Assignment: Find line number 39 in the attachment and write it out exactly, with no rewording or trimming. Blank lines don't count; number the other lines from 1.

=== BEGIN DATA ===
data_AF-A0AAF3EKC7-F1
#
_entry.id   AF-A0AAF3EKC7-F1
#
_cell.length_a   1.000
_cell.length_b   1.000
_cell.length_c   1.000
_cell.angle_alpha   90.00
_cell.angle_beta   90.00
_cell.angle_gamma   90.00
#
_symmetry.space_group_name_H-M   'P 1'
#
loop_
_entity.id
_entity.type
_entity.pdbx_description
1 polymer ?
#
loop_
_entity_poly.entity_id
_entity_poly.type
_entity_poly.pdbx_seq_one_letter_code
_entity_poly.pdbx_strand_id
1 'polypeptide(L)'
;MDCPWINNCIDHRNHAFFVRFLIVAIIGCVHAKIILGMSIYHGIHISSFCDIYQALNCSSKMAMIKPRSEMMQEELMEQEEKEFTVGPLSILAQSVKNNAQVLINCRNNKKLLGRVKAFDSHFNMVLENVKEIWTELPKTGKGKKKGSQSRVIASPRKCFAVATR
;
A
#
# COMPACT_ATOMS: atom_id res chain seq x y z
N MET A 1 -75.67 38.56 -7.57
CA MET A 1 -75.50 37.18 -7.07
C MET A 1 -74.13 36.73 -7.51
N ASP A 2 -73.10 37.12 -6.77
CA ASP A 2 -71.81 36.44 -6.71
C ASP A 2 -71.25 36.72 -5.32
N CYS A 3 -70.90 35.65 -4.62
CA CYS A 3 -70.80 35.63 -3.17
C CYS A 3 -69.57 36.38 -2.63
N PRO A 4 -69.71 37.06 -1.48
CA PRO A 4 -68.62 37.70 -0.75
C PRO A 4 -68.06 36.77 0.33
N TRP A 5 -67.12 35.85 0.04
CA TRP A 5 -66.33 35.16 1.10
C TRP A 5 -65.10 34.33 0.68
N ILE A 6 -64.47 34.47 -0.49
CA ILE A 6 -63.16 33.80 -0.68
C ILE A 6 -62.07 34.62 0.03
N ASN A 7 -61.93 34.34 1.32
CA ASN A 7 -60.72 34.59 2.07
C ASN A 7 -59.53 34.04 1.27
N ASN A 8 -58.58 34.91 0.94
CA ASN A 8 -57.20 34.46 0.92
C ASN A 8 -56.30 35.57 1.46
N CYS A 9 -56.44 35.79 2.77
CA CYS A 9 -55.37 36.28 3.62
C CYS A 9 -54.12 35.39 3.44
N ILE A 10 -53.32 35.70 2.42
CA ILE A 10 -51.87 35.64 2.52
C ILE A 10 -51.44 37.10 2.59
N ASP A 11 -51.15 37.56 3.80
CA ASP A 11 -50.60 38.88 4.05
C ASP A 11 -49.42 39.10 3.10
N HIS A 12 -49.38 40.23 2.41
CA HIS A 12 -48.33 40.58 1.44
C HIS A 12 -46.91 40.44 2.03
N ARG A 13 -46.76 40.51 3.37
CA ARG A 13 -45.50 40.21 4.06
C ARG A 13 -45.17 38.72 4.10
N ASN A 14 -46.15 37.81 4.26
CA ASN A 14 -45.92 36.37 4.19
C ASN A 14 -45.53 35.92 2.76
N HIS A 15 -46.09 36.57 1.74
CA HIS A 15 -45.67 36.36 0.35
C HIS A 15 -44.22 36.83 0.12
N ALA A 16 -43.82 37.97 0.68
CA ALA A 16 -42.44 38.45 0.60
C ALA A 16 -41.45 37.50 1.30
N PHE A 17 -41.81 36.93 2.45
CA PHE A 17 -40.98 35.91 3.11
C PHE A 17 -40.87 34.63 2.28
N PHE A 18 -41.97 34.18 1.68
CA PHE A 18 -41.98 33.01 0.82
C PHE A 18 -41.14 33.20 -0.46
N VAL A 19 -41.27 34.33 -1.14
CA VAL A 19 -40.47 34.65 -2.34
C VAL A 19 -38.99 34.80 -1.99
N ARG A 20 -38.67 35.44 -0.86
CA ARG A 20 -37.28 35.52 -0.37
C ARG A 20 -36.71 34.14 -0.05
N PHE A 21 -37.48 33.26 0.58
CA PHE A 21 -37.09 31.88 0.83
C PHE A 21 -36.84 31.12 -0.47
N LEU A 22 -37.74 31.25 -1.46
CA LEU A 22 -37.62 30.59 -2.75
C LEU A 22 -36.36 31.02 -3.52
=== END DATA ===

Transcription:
C CYS A 3 -69.57 36.38 -2.63